Boris Johnson's tax cuts plan would cost ‘billions’ and benefit wealthy most, says IFS
Boris Johnson’s planned tax cuts would cost billions of pounds and benefit Britain’s wealthiest the most, according to a major think tank.
The Institute for Fiscal Studies (IFS) found that raising the higher-rate threshold in income tax from £50,000 to £80,000 would cost £8bn a year, in today's prices, even if the proposals were not fully in place until 2024.
They add that the 8% highest-income earners and 13% of income taxpayers would reap the rewards of the plan - to raise the threshold at which taxpayers pay 40% on their earnings - if it was rolled out next year.
The now-PM's policy was unveiled during the Tory leadership contest alongside a bid to lift the threshold at which people start paying National Insurance contributions (NICs), in an effort to help low earners.
But ahead of its annual Green Budget, the IFS, working with the Nuffield Trust, claims that in total 75% of gains from the income tax plan would go to the highest-income 10% of households.
The move would take 2.5 million people out of paying the higher-rate, to fewer than 3% of adults - the lowest level since the individual income tax system began in 1990.
The IFS also found that while the PM’s plan to raise the point at which people start paying NICs is “the best way to help low earners” through the tax system, only 3% of gains would go to the poorest 20% of households.
It said that every £1,000 increase to employee and self-employed NICs thresholds would cost between £3bn to £4bn, while raising all thresholds to match the income tax personal allowance of £12,500 would cost £17bn.
A £3bn cut to employee and self-employed NICs raises incomes of this group by just 0.1% (£20 per year) on average, the think tank adds - a move that would "pale in comparison with the losses from benefit and tax credit cuts experienced by this group since 2010, which have reduced their average incomes by more than 10%."
Their report says: “A better-targeted way to help low earners would be to increase work allowances in universal credit.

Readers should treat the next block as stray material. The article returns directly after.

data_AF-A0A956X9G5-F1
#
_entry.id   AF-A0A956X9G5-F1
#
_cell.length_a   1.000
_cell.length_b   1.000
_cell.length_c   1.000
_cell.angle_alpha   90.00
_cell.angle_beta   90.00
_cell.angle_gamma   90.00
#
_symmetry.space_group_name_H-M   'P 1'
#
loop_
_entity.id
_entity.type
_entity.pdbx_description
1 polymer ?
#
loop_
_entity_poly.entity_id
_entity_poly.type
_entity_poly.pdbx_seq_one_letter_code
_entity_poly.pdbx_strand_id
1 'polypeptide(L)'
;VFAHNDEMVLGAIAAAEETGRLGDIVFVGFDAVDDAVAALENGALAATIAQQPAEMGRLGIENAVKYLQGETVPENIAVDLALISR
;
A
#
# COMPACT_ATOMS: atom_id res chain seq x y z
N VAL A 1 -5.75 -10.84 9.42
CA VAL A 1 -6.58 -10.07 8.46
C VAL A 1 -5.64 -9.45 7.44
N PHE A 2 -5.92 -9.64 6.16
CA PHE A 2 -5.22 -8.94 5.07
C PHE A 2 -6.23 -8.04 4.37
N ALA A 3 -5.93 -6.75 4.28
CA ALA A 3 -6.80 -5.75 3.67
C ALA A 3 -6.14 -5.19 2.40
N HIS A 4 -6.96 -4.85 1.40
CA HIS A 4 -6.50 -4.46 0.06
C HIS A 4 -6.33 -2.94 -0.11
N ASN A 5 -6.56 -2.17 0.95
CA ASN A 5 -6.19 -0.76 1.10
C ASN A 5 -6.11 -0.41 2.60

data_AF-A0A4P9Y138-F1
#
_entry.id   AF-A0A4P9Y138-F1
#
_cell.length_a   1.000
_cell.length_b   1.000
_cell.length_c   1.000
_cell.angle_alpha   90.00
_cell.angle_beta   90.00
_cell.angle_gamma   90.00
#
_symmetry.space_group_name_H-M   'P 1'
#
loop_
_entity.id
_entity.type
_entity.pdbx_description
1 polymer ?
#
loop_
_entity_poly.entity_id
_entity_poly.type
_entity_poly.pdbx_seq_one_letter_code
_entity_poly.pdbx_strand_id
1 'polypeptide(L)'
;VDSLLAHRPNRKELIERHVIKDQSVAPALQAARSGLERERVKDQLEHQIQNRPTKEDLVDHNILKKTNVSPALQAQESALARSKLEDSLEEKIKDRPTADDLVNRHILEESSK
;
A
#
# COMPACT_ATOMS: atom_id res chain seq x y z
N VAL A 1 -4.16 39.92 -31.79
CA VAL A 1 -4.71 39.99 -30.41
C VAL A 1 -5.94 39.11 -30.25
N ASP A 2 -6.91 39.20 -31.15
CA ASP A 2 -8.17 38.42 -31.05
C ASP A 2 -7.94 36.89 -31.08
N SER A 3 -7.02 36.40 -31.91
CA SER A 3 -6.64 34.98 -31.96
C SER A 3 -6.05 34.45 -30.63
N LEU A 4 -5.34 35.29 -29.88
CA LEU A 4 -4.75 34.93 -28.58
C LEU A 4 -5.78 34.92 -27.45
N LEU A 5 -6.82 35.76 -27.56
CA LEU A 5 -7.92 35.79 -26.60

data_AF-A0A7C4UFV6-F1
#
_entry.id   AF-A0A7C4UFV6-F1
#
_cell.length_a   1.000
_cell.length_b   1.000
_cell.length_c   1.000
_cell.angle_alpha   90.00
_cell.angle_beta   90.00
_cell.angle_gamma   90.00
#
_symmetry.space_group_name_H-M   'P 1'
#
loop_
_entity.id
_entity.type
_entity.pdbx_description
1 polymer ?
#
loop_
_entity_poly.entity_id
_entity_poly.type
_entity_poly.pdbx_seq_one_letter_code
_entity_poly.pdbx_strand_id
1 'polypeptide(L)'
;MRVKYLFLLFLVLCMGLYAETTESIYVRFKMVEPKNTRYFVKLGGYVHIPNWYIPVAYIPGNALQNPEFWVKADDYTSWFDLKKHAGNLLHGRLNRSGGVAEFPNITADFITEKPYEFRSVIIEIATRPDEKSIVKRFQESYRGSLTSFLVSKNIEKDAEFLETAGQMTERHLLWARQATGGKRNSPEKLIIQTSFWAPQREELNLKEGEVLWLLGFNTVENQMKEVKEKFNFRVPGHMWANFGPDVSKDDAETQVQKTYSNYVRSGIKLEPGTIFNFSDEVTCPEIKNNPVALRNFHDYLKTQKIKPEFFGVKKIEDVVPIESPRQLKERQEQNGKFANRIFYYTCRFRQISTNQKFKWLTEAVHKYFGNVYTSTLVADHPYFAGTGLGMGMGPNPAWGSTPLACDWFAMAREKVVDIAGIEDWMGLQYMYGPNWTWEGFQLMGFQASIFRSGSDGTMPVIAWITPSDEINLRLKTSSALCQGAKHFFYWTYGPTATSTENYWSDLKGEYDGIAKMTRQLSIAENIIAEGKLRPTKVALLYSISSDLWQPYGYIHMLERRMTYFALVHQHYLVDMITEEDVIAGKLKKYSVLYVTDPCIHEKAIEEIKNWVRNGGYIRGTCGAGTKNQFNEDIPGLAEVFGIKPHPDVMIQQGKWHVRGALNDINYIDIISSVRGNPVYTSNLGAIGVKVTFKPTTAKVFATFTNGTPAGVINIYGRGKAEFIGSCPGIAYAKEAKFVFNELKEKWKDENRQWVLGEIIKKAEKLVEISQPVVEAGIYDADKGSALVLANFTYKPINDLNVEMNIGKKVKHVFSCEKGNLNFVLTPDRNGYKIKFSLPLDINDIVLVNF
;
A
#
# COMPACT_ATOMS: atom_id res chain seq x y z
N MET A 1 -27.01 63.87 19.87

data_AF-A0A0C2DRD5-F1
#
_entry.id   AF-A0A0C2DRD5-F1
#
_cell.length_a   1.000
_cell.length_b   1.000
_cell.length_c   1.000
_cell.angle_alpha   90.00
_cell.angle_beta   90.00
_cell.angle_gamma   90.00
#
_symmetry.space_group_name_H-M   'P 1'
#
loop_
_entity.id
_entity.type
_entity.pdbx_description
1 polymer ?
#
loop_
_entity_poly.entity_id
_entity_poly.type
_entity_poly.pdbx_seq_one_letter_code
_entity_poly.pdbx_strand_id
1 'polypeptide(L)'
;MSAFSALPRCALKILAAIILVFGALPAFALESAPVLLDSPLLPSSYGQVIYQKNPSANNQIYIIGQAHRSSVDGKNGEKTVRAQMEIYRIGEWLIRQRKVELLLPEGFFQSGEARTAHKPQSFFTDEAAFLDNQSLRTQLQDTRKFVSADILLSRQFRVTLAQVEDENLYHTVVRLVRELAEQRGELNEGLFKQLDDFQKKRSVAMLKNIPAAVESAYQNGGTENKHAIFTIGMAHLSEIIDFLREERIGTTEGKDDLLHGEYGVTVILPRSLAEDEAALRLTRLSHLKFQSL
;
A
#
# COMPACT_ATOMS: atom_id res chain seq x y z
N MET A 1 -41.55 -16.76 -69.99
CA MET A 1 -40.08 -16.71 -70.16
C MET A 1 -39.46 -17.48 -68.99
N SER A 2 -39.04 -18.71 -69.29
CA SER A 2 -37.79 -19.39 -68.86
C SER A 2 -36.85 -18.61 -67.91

“Spending £3bn on this could raise average incomes of the poorest 20% of households by 1.5% (£230 per year).
“Doing so would also tend to strengthen the incentive to be in paid work for some of the lowest paid.”
It also added that if ministers are to slash taxes for the high paid, they should boost the tax rate to 45% for those earning £80,000, which would “recoup most of the additional cost and return us to a simpler two-band (20% and 45%) income tax schedule”.
Xiaowei Xu, a Research Economist at IFS and an author of the research said: "Given promised spending increases and growing demographic pressures, taxes are likely to have to rise over the next decade.
"Promising £10 billion to £20 billion of tax cuts is therefore a major commitment. If you are going to spend that much cutting taxes for those on high incomes or supporting low earners, you could find much better ways of doing so than the policies proposed by the prime minister.
"Cutting NICs to help low earners is a particularly blunt instrument – raising work allowances in universal credit would deliver far higher benefits to the lowest-paid for a fraction of the cost."
Shadow Chancellor John McDonnell MP, said of the research: "These proposals to raise NIC and income tax thresholds will rip out £10 to £20 billion a year from our already decimated public services, according to the IFS, and put those billions into the pockets of the rich."
"This Government cannot be trusted with our public services – only a Labour Government will end austerity and establish a fair tax system that serves the many, not the few."